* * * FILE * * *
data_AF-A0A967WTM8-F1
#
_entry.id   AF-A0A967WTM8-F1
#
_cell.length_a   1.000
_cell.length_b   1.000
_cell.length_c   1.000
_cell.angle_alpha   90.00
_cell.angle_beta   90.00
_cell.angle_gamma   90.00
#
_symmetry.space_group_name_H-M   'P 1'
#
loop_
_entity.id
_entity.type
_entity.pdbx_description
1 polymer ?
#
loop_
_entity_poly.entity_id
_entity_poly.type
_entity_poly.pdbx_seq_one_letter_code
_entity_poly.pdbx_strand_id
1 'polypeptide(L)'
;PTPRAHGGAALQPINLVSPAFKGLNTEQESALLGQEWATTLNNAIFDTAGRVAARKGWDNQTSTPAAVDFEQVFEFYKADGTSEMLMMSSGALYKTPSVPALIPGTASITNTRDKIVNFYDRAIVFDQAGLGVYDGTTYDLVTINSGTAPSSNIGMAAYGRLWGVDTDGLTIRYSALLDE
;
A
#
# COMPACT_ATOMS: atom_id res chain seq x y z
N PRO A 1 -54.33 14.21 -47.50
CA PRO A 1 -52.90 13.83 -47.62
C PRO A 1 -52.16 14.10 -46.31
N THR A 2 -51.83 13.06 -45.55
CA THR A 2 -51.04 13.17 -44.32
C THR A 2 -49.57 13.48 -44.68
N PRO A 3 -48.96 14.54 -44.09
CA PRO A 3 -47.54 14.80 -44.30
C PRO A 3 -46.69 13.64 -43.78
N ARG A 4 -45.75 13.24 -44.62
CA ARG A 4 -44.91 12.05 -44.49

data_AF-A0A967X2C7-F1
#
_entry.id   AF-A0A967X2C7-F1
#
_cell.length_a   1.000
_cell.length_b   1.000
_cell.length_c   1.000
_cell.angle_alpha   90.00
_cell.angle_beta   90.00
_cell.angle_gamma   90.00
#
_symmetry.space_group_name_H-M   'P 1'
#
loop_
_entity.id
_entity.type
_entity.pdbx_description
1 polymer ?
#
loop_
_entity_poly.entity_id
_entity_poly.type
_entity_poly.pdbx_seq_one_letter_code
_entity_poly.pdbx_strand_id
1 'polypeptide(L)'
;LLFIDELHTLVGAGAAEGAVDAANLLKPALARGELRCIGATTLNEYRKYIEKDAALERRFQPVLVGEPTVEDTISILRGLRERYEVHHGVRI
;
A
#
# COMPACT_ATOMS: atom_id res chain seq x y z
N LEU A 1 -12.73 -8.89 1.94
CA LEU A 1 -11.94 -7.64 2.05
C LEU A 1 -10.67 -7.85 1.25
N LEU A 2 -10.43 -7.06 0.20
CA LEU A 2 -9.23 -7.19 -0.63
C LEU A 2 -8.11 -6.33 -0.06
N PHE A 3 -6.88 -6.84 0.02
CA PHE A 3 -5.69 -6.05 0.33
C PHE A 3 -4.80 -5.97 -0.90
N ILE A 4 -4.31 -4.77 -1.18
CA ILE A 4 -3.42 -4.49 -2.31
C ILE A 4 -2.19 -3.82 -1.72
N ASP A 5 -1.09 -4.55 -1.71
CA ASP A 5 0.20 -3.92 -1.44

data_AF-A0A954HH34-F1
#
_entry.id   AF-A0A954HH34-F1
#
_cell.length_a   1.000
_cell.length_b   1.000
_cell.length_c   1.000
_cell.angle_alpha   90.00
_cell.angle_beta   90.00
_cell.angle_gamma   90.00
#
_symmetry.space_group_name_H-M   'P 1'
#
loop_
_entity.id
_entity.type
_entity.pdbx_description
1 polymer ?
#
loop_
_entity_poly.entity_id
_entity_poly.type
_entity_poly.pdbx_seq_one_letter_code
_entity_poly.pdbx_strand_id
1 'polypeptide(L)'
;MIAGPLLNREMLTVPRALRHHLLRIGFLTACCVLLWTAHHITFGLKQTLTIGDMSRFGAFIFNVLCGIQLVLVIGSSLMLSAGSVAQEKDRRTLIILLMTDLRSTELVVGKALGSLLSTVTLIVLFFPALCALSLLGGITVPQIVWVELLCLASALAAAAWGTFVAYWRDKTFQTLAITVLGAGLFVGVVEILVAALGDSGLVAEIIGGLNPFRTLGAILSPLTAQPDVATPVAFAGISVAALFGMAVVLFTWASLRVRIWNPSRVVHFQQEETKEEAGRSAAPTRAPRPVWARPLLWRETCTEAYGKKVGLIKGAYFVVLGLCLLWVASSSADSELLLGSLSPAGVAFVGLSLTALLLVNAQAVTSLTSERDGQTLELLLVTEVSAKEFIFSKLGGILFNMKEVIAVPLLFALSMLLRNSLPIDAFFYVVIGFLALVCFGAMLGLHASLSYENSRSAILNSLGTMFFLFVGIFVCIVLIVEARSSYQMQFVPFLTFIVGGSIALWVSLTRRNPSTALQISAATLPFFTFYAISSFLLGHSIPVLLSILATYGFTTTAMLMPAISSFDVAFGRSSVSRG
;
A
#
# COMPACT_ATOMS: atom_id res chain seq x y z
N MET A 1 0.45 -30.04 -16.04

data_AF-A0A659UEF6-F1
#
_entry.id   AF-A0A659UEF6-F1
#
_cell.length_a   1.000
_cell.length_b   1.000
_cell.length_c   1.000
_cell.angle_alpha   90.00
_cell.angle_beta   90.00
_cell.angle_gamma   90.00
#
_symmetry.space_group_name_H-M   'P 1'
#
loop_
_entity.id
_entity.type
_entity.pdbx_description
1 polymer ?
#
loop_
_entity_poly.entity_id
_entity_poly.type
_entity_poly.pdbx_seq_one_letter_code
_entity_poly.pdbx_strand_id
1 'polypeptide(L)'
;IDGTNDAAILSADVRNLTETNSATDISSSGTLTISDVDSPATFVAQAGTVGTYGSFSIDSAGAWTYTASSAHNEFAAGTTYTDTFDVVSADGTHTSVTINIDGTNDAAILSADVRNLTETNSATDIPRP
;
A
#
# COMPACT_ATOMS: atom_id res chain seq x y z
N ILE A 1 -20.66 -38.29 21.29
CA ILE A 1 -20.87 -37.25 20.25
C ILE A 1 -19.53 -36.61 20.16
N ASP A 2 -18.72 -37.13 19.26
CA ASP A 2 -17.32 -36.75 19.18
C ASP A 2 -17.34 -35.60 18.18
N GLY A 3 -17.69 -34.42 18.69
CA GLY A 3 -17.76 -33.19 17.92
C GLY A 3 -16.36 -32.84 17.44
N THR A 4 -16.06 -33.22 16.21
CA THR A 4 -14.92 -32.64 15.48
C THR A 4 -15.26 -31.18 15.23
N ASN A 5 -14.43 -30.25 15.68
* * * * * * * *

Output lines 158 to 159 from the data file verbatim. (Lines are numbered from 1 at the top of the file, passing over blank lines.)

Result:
C THR A 4 -15.26 -31.18 15.23
N ASN A 5 -14.43 -30.25 15.68